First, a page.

He also gets his yearly flu shot by being a Montebello resident.  

In Harris County, where Houston is located, there are more than 237,000 confirmed cases of COVID-19, one-sixth of all infections in the state (above)

In Harris County, where Houston is located, there are more than 237,000 confirmed cases of COVID-19, one-sixth of all infections in the state (above)

‘It was all above board,’ he said. 

Both Hancock and Fink told the Daily Beast that other apartment buildings in Houston have similar arrangements to get their residents doses of the coronavirus jab. 

Neither the Texas DSHS or Houston Health Department (HHD) responded to DailyMail.com’s request for comment.

However, a spokesperson for the HHD told the Daily Beast he wasn’t aware of any arrangement with the high rise.

‘All the distributors have to register through the state health department,’ Porfirio Villareal said. 

‘The apartment complex is not an approved provider. If a site is not approved, not on the list, and receiving shipments of the vaccine, then our recommendation is not to go to that site.’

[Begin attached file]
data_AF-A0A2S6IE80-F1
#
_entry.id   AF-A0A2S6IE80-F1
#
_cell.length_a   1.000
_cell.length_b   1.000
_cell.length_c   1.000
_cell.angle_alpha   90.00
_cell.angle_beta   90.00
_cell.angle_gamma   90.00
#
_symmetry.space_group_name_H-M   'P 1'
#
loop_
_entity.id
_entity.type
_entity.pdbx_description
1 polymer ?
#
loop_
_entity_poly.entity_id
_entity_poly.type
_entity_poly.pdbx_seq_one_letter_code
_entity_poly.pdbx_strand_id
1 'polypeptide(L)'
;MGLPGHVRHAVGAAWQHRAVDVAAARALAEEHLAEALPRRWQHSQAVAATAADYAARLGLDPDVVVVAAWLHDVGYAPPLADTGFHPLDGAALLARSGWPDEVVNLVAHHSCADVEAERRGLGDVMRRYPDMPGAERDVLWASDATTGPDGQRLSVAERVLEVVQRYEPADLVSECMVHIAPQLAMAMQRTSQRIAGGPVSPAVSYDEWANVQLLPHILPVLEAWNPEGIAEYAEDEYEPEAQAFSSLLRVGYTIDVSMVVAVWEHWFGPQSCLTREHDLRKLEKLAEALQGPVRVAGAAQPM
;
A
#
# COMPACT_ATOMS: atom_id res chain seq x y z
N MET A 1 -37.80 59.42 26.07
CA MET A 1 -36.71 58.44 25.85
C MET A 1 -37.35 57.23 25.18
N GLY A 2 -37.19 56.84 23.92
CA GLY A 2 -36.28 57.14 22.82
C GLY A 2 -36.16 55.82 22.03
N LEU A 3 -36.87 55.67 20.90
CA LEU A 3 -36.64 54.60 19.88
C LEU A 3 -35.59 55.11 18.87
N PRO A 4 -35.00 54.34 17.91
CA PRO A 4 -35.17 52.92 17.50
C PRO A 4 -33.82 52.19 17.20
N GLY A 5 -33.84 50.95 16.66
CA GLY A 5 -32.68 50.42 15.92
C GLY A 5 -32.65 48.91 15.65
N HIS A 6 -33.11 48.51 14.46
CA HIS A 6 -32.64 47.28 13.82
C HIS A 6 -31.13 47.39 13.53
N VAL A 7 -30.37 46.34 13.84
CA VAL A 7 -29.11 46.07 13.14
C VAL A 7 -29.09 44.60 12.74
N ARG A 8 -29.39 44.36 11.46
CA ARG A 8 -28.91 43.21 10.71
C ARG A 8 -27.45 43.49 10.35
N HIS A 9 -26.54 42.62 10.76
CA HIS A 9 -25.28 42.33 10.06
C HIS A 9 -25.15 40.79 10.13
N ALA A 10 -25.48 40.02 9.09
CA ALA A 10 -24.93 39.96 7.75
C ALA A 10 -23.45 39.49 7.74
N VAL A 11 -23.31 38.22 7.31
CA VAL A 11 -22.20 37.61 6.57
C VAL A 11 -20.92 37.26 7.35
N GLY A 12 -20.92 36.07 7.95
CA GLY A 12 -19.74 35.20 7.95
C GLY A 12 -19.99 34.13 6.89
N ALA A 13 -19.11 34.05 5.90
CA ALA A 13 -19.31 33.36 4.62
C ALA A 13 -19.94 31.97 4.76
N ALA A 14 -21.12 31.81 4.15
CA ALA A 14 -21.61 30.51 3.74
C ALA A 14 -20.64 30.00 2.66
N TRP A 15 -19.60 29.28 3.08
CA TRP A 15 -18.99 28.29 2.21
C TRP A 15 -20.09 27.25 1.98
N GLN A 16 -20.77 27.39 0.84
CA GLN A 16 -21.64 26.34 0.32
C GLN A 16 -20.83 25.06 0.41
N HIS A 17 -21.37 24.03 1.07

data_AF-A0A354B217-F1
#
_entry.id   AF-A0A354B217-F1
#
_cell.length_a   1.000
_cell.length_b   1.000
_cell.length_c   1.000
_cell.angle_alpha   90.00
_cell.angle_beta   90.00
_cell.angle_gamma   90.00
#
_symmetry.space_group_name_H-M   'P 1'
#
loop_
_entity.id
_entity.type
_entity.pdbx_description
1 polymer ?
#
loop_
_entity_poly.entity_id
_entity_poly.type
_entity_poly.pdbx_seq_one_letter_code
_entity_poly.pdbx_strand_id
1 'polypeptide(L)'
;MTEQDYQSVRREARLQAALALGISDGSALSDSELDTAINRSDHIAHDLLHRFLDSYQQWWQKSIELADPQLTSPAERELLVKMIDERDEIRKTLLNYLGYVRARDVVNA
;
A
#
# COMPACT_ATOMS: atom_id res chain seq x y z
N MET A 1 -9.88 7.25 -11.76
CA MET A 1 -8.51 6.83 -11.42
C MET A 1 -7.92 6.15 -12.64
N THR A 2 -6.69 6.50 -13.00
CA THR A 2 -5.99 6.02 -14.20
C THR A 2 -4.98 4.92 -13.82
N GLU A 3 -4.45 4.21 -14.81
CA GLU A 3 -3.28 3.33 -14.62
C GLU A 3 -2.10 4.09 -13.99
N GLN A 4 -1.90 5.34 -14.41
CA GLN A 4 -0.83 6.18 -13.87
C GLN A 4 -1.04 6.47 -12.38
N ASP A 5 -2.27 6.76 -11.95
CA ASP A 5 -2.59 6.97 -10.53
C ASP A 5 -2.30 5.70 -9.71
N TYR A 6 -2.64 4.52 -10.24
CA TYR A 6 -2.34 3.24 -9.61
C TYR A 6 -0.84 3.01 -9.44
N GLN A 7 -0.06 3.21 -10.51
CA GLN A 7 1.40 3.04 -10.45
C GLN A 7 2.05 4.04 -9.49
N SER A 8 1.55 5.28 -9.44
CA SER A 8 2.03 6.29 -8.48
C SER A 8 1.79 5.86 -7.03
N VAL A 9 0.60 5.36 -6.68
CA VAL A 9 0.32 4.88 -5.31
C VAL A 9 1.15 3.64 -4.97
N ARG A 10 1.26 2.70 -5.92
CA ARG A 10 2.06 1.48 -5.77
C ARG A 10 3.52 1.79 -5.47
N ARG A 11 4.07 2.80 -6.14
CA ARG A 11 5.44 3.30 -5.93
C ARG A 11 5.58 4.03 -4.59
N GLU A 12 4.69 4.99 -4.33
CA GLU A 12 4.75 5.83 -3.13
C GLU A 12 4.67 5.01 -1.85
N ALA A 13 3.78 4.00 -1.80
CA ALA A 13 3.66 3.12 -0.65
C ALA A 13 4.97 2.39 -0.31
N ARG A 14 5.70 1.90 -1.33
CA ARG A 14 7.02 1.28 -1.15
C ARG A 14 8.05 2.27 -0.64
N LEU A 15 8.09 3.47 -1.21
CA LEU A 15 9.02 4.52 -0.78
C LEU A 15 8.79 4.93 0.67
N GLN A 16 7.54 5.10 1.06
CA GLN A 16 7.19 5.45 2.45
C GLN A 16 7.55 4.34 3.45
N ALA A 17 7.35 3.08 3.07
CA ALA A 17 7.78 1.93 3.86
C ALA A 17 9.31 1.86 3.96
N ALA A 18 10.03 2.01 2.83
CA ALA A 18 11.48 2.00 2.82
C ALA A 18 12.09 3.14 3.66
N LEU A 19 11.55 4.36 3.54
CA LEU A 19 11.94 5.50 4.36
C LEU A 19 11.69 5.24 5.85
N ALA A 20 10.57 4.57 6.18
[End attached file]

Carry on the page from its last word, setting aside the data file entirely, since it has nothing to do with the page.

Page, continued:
The list from the Texas DSHS only lists hospitals, medical centers, pharmacies and living centers as recipients.

However, just 40 percent – 340,000 – of the 786,000 doses distributed across the state have been administered. 

In Harris County, where Houston is located, only around 45,000 of 150,500 doses have been administered. 

Many say they’ve been struggling to find a provider to get the vaccine despite the DSHS recommending that Texans call up and ask to receive a shot.  

‘I have not been able to find anyone who actually has the vaccine,’ Michael Calder, a resident of Allen, who falls under the state’s criteria, told CBS DFW.

He called three locations, two of which told him they had run out and one of which said only employees were being vaccinated.  

‘It’s extremely important. I don’t want to get sick,’ he said. 

‘I don’t want to be the last person to get sick and die, while a vaccine is being distributed already.’